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Protocol Information

Diane Bennett
Nursery Manager
Octoraro Native Plant Nursery
6126 Street Road
Kirkwood, Pennsylvania 17536-9647
octoraro@epix.net


Family Scientific Name: Saururaceae
Family Common Name: Lizard tail Family
Scientific Name: Saururus cernuus L.
Common Name: Lizard’s tail
Species Code: SAUCER
Ecotype: Pennsylvania
General Distribution: Lizard's tail is an emergent perennial commonly found in freshwater wetlands throughout much of the eastern US. In Pennsylvania, it grows in full sun along the edges of larger rivers like the Juniata and Susquehanna, often in combination with water willow (Decodon verticillatus (L.) Elliott). Lizard’s tail serves as ‘‘escape” or “hiding” habitat, particularly for juvenile smallmouth bass, and as a food source for herons and ducks at the water’s edge. The plant also has ornamental appeal when in flower. Lizard’s tail has tiny white fragrant flowers clustered in spikes that bloom June to August in Pennsylvania.
Propagation Goal: Plants
Propagation Method: Seed
Product Type: Container (plug)
Stock Type: 1+0 container plug
Time To Grow: 10 Weeks
Target Specifications: Height:n/a
Caliper: n/a
Propagule Collection: We harvest achenes (seeds) from native stands, as well as from stock plants in the nursery, during early to mid fall. Seedheads are held over paper bags and the 1-seeded achenes (about 3 mm (0.125 in) in diameter) are stripped into the bags by hand.
Propagule Processing: No seed cleaning is necessary other than a visual inspection for insects and/or damage prior to storage.

Percent germination: 80 to 95%.

Pre-Planting Treatments: Seeds are stored cold and dry in sealed, airtight plastic bags through the winter in a refrigerator at 2 °C (35 °F). In January, about 4 wk prior to seeding, we remove seeds from cold storage and soak them in containers of water for 2 wk. Seeds are covered with twice their volume in water and remain in the same water for the duration of the soaking period. Seeds are then mixed with damp, sterile sand, at a ratio of 1 part seed to 5 parts sand by volume, and subjected to cold, moist stratification (refrigeration at 2 to 4 °C [35 to 40 °F]) for 2 wk.
Growing Area Preparation/
Annual Practices for Perennial Crops:

Stratified seeds are surface sown in open flats (approximately 25 cm wide X 50 cm long X 6 cm deep (10 X 20 X 2.5 in) containing a soilless mix (55% sphagnum, 30% vermiculite, 15% perlite by volume); a variable amount of fine sand is added to the mix to provide aeration. Two hundred to 400 seeds are sown per flat, and covered with a dusting of the germinating mix (applied by sieve over the seeds). Seeded flats are then placed into solid bottom flats filled with water to allow saturation of the planting medium. The flat-in-flats are arranged on bottom-heated greenhouse benches. Medium temperature is maintained at approximately 21 to 23 °C (70 to 74 °F) during germination. Greenhouse air temperature ranges from a low of 4 °C (40 °F) to a high of 27 °C (80 °F).
Establishment Phase: Germination of lizard’s tail ranges from 80% to 95% in the greenhouse and usually occurs within 3 wk, at which time the flats in their solid-bottom watering trays are moved to a mist bench. The mist cycle is set at 2 to 8 s every 10 min, and the flats continue to be bottom heated. Trays remain under mist for about 2 wk, or until seedlings have 2 sets of true leaves and are about 2.5 cm (1 in) tall.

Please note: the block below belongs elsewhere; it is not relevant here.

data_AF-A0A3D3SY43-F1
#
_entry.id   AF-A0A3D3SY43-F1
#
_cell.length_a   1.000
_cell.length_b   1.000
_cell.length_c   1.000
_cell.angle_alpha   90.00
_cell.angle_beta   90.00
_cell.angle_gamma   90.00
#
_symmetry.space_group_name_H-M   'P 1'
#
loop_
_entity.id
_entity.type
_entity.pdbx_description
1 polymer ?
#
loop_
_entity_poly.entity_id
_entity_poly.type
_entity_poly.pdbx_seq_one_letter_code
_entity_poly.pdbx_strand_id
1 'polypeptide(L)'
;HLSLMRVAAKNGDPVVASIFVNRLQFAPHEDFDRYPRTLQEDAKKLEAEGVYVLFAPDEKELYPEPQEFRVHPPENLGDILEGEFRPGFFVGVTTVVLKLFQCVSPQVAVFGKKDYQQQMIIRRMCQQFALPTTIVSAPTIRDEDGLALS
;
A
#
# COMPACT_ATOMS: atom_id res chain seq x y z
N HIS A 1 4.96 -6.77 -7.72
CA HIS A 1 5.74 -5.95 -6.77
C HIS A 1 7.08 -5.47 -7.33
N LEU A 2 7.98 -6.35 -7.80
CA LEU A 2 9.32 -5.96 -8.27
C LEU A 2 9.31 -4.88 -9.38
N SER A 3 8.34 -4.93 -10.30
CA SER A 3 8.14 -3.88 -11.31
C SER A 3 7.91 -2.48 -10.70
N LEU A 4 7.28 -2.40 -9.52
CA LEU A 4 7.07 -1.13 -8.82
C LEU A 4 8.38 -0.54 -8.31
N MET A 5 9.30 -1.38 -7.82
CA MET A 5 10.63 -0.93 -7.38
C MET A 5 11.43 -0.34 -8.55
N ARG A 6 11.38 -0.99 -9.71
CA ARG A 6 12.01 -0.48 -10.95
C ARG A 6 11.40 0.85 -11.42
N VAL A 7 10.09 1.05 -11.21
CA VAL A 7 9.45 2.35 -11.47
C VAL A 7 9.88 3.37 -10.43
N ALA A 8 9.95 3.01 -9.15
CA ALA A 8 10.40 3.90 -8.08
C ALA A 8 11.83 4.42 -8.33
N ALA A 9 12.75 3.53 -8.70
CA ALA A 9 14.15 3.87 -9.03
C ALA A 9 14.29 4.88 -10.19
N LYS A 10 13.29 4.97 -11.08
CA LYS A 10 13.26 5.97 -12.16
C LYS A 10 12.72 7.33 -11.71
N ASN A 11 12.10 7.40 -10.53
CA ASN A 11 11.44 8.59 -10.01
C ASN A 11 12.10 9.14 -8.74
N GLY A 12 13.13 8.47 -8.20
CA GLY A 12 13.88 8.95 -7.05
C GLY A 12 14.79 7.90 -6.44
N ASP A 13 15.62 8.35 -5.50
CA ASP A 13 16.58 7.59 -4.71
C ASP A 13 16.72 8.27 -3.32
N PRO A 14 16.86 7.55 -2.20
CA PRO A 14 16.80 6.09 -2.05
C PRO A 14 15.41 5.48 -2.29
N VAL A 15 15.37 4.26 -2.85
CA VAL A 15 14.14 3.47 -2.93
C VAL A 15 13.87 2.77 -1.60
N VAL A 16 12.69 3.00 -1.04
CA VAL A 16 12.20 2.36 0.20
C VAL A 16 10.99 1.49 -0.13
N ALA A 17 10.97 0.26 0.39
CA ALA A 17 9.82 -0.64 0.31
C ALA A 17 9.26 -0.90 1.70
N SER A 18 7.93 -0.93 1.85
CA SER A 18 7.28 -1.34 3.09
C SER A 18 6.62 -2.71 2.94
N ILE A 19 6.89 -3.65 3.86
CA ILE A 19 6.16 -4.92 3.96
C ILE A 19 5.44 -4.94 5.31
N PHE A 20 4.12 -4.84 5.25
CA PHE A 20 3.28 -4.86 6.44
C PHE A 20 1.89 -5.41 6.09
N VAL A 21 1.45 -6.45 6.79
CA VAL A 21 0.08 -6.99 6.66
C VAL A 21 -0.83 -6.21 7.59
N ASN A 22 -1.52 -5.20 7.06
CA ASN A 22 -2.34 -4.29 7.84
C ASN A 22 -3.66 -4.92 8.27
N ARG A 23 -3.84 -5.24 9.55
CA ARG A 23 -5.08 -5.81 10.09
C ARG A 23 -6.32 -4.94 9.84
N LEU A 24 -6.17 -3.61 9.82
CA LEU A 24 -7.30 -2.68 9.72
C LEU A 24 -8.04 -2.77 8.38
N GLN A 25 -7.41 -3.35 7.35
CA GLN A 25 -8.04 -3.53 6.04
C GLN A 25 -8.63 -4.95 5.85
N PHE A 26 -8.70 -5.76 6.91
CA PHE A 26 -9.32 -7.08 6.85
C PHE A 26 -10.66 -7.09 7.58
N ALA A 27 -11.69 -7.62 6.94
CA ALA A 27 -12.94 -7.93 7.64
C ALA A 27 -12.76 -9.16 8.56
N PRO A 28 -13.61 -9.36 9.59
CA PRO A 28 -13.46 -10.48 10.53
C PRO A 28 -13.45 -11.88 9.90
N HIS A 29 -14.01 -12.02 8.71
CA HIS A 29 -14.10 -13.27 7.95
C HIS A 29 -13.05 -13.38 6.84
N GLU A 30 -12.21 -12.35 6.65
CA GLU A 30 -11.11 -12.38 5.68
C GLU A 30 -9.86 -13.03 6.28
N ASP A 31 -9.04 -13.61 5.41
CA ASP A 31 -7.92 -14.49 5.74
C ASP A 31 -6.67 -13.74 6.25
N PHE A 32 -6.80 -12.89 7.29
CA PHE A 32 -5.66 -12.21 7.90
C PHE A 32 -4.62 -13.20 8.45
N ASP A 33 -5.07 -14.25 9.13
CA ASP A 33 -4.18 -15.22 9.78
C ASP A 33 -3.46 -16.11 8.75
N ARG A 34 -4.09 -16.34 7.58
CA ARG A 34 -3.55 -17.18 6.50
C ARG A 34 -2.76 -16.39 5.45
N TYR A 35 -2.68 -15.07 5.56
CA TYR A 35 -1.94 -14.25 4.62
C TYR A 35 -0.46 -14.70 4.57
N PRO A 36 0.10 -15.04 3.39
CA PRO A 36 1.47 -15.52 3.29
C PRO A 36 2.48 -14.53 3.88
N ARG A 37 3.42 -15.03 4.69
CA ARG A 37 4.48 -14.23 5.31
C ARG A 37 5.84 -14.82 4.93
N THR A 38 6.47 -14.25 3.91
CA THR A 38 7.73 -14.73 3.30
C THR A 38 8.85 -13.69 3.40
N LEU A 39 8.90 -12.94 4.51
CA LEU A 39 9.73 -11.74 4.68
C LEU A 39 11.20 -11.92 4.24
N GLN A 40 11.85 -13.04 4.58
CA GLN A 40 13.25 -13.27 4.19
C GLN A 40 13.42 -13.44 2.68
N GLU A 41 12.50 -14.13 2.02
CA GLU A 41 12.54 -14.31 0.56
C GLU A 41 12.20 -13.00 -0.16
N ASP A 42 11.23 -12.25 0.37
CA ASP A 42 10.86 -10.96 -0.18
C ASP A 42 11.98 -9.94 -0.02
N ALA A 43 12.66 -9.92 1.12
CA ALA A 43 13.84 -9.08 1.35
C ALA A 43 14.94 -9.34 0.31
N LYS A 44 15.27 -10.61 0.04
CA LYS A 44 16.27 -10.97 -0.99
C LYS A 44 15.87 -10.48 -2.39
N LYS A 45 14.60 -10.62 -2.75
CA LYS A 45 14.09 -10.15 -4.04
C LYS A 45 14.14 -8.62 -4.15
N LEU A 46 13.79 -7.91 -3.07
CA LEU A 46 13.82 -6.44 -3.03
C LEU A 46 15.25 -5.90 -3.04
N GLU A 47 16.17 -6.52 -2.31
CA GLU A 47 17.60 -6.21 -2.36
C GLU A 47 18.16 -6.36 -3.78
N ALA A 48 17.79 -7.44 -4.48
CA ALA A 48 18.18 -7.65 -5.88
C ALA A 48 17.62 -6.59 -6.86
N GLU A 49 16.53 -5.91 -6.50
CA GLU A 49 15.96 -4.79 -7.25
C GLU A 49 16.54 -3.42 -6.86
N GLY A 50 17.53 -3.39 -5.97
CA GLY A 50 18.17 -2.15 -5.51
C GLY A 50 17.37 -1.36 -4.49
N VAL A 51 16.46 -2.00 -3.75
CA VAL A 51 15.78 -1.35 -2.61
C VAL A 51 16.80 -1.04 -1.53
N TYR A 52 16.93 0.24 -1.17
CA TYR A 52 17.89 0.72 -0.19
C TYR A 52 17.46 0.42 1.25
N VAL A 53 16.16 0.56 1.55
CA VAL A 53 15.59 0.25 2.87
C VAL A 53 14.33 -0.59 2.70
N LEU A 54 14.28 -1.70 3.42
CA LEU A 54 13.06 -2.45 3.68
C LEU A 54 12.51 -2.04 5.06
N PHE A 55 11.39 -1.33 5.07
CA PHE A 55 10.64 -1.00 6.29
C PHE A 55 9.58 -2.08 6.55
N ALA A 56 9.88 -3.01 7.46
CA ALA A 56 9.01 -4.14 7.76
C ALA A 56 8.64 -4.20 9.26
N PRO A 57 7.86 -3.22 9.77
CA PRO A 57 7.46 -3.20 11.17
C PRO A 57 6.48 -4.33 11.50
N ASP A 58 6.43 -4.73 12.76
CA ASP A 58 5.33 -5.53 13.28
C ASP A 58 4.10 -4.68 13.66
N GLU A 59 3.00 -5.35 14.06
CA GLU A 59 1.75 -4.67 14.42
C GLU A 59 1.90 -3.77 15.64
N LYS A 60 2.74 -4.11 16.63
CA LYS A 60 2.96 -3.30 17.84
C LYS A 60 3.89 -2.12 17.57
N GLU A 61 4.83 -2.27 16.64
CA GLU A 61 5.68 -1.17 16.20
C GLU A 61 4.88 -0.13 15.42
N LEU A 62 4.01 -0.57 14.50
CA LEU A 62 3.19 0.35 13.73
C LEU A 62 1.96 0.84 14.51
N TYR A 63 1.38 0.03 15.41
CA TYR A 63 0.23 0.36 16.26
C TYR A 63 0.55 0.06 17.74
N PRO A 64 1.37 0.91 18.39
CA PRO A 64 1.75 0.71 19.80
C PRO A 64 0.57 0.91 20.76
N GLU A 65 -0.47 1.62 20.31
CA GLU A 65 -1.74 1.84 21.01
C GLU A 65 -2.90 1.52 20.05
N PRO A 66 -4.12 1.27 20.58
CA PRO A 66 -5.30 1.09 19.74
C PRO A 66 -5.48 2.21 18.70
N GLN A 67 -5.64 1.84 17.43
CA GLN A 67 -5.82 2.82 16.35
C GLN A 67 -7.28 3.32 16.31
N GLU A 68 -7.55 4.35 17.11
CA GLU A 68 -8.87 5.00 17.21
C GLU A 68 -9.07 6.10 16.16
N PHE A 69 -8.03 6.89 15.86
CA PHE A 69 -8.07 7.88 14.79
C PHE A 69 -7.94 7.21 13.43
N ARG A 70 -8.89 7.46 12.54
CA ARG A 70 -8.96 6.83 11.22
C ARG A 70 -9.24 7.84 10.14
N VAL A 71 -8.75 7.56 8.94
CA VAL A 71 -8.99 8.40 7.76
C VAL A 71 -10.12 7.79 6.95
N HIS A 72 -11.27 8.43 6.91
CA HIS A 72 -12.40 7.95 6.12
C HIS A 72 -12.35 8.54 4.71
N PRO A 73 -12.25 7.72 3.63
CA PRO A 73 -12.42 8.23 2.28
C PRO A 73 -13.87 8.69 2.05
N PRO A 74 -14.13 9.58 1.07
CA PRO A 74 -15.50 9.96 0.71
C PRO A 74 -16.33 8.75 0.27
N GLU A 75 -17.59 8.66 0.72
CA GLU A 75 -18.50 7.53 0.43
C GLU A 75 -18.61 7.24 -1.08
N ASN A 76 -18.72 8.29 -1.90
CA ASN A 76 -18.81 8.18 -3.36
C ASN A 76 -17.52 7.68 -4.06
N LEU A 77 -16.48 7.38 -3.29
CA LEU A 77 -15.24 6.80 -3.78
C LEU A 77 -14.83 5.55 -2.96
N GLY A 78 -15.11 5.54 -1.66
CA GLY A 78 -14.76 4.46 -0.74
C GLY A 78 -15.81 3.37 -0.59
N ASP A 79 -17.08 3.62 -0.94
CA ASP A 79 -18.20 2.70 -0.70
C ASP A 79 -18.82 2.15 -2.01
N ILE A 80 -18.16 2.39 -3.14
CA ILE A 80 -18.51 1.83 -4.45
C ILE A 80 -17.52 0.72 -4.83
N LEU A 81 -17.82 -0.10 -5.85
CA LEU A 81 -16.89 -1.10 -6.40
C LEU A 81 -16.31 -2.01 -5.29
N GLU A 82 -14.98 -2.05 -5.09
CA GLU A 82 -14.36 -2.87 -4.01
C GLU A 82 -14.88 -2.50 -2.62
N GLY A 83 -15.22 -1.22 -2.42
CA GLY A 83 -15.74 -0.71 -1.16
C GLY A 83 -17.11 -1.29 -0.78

Length of Establishment Phase: 2 weeks
Active Growth Phase: Seedlings are transplanted from the open flats to 50-cell plug trays, 1 seedling to each cell (about 5 X 5 X 6 cm deep (2 X 2 X 2.5 in deep). Planting medium for seedling trays is a mix of 50% composted pine bark, 20% peat, 15% vermiculite, and 15% perlite by volume. Once lizard’s tail seedlings have been transplanted, the plug trays are moved outdoors to 4.5 X 30 m (15 X 100 ft) unheated, uncovered huts with overhead irrigation, where they receive 15 min of watering per day to saturate the growing medium. Liquid 20 N:20 P2O5:20 K2O at a rate of 200 ppm is used to fertilize plugs every day during the first week, every other day during the second week, and once a week during the third and fourth weeks; beyond that, plugs are not fertilized. Seedling plugs are ready to be sold in 4 to 6 wk, when roots grow throughout each plug cell and plugs can be pulled out intact.
Length of Active Growth Phase: 4 to 6 weeks
Hardening Phase: Plugs that are not immediately shipped are placed in “wet beds” until sold. These beds are 2 m X 4 m X 10 cm deep (6 ft X 12 ft X 4 in) and are lined with black plastic. Water level in the beds is maintained to keep plug trays saturated but not inundated. Plants can be kept in the wet beds for up to 5 mo.
Harvesting, Storage and Shipping: Octoraro Native Plant Nursery ships lizard’s tail plants to clients in the Mid-Atlantic states (from Connecticut to Virginia and west to western Pennsylvania) from about mid-April into December, depending on weather. Most plants are plug size when shipped, but occasionally clients require larger materials. For these projects, we transplant plug plants into larger pots (10 X 10 X 10 cm [4 X 4 X 4 in]), using the same mix as used for plugs.
Outplanting performance on typical sites: Outplanting Date: Mid-April to December.
References: Propagation protocol for lizard’s tail (Saururus cernuus), Bennet, D., Native Plants Journal, Spring 2001.

USDA NRCS. 1999. The PLANTS database, Version 3.0. URL: http://plants.usda.gov/plants (accessed 10 Oct 2000). Baton Rouge (LA): National Plant Data Center.

Citation:
Bennett, Diane J. 2001. Propagation protocol for production of container Saururus cernuus L. plants (1+0 container plug); Octoraro Native Plant Nursery, Kirkwood, Pennsylvania. In: Native Plant Network. URL: http://www.nativeplantnetwork.org (accessed 20 April 2014). Moscow (ID): University of Idaho, College of Natural Resources, Forest Research Nursery.